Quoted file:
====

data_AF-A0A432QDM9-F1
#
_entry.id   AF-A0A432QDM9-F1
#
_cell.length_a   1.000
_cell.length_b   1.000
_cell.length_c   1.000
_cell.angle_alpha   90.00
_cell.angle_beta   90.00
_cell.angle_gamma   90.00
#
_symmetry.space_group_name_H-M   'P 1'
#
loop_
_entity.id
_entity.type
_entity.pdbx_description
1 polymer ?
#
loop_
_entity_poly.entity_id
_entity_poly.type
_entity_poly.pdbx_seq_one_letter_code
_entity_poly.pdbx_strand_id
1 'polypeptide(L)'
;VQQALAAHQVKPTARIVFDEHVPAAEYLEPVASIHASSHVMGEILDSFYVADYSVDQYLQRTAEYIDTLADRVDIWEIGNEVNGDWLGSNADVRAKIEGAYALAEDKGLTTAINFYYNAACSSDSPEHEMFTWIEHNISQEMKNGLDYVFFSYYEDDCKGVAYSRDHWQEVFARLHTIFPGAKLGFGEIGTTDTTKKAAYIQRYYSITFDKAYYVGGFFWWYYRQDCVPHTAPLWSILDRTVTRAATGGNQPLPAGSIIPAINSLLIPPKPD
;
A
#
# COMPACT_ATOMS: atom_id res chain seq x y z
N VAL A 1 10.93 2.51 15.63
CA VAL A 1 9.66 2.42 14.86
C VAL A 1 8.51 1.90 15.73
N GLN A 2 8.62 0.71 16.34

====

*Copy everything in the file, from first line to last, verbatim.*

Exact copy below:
data_AF-A0A432QDM9-F1
#
_entry.id   AF-A0A432QDM9-F1
#
_cell.length_a   1.000
_cell.length_b   1.000
_cell.length_c   1.000
_cell.angle_alpha   90.00
_cell.angle_beta   90.00
_cell.angle_gamma   90.00
#
_symmetry.space_group_name_H-M   'P 1'
#
loop_
_entity.id
_entity.type
_entity.pdbx_description
1 polymer ?
#
loop_
_entity_poly.entity_id
_entity_poly.type
_entity_poly.pdbx_seq_one_letter_code
_entity_poly.pdbx_strand_id
1 'polypeptide(L)'
;VQQALAAHQVKPTARIVFDEHVPAAEYLEPVASIHASSHVMGEILDSFYVADYSVDQYLQRTAEYIDTLADRVDIWEIGNEVNGDWLGSNADVRAKIEGAYALAEDKGLTTAINFYYNAACSSDSPEHEMFTWIEHNISQEMKNGLDYVFFSYYEDDCKGVAYSRDHWQEVFARLHTIFPGAKLGFGEIGTTDTTKKAAYIQRYYSITFDKAYYVGGFFWWYYRQDCVPHTAPLWSILDRTVTRAATGGNQPLPAGSIIPAINSLLIPPKPD
;
A
#
# COMPACT_ATOMS: atom_id res chain seq x y z
N VAL A 1 10.93 2.51 15.63
CA VAL A 1 9.66 2.42 14.86
C VAL A 1 8.51 1.90 15.73
N GLN A 2 8.62 0.71 16.34